Want to know why the death penalty should NEVER be allowed in criminal law? Here’s a perfectly terrifying reason: Yet another death row inmate was just added to the growing innocence list compiled by the Death Penalty Information Center (DPIC), after he was cleared in the murder of an elderly woman and her daughter – but he’s still sentenced to die for the murders of two college students. Think Progress.Org has published this expose of FBI pseudo-science claims in criminal law trials that have out too many people in prison who don’t belong there, and many on death row, some of whom have already been executed for crimes they Did Not Commit.
The FBI admitted flawed hair compairson testimony was used to convict Willie Manning. In 1994, FBI “science” experts testified that the defendant’s hair matched hair found at the crime scene. A ballistics expert from the FBI, who also testified against Mr. Manning, argued that a tree in Manning’s mom’s yard was used as target practice, and that bullets found inside were fired from the same weapon used to kill the victims (even though the firearm was never found). The testimony was based on a microscopic comparison of tool marks on the bullets. Additionally, witness Earl Jones, who was serving jail time, said Manning confessed to killing the two students and co-conspiring with a second person.
Two years later, Manning was convicted in the murders of 90-year-old Alberta Jordan and Emmoline Jimmerson, who were killed in 1993. He subsequently received two more death penalty sentences, but was absolved of all charges in February 2015, after a key witness recanted his testimony and the police failed to turn over additional evidence. Just hours before Willie Manning’s scheduled death on May 7, the execution was stayed by the Missippi Supreme Court. While an official reason for the stay was never provided, Manning’s defense attorneys are confident that FBI failures were responsible. Days before his execution for killing the college students, the FBI sent three letters to the district attorney’s office, admitting that the experts who testified against Manning presented flawed evidence.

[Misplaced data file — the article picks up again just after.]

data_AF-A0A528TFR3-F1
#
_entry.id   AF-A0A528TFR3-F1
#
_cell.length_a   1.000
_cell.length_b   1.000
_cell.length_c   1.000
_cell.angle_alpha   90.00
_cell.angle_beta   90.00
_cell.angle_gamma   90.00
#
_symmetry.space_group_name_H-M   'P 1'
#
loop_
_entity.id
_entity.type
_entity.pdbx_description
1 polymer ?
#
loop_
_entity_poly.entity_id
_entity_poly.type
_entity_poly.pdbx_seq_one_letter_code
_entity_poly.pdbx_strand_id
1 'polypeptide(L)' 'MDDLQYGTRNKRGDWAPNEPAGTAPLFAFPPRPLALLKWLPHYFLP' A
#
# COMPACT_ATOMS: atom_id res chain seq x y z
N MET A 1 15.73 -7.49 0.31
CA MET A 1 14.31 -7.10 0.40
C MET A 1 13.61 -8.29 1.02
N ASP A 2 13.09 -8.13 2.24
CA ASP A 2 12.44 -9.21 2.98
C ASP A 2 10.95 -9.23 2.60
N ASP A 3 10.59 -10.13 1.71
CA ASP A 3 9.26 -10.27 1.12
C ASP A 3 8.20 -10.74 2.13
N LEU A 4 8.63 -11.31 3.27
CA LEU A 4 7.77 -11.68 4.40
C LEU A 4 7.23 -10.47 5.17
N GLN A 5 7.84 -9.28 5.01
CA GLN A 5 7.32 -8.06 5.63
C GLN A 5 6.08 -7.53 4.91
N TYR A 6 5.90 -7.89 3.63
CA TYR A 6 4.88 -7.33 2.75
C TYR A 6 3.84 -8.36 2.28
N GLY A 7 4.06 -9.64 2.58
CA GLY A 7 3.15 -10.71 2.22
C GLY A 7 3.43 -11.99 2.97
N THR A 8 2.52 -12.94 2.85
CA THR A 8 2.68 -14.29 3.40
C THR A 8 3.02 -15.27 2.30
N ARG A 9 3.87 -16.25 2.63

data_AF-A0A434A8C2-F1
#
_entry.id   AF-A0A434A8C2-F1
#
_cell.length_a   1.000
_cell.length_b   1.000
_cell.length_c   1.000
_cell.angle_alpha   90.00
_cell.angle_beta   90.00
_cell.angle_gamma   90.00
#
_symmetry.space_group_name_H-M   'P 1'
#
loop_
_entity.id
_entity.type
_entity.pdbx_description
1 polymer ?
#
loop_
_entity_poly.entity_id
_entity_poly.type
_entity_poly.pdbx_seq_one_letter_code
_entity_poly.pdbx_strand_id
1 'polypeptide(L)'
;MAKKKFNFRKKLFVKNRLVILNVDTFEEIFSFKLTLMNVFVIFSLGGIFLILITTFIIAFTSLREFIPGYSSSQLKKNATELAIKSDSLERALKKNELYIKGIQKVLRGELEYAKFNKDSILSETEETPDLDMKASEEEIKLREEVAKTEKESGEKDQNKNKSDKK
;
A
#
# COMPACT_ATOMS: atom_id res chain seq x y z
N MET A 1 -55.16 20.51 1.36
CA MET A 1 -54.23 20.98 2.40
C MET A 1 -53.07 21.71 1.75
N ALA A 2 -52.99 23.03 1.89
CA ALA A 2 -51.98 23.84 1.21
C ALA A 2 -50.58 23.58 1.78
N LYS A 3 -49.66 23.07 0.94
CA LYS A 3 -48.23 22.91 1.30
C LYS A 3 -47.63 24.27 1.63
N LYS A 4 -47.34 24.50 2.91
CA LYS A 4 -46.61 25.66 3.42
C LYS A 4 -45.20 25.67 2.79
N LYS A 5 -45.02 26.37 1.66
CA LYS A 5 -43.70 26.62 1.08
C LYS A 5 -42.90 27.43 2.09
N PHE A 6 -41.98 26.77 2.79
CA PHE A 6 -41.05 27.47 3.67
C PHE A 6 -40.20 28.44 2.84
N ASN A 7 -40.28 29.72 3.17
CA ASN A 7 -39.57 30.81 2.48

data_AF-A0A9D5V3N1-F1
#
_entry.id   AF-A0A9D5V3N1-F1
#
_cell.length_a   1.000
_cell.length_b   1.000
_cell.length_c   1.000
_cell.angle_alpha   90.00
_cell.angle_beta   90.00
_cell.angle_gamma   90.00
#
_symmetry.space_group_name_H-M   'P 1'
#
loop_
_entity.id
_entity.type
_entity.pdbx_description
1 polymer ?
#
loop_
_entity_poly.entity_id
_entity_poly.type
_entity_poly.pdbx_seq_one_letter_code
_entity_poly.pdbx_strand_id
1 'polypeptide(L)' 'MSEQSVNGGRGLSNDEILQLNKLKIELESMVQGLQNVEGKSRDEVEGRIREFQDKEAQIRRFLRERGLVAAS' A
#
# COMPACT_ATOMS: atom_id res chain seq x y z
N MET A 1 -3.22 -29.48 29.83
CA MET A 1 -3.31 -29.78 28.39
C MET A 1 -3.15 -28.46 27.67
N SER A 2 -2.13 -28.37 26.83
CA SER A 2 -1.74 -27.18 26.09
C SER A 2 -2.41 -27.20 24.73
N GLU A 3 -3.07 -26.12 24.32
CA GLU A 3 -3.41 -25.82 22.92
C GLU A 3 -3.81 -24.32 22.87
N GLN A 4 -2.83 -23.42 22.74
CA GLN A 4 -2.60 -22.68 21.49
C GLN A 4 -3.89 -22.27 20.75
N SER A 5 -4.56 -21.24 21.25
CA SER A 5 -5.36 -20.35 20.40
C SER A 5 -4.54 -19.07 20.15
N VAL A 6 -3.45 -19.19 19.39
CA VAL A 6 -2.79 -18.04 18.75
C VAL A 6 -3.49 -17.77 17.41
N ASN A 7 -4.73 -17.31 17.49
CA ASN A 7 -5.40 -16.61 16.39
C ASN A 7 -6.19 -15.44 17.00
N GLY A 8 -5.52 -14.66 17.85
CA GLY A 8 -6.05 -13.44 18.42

Federal authorities are now conducting DNA tests of the physical evidence collected at the scene, but the FBI’s findings of flawed evidence in Manning’s case barely scratches the surface of a larger problem. Just last month, the FBI acknowledged its use of flawed forensic evidence to convict people over several decades – and that many of of the cases resulted in death sentences for the defendants. Specifically, comparisons of hair belonging to the defendant and hair found at respective crime scenes were scientifically erroneous. In 2012, the Bureau launched an investigation into the use of flawed hair analysis, the FBI found that hair matches were used in 2,500 cases. As of mid-April, the FBI reviewed 342 of those cases, and found that FBI forensic experts presented flawed evidence 257 trials. Robert Dunham, the executive director of DPIC, says the FBI has discovered 33 capital cases in which hair analysis was used.
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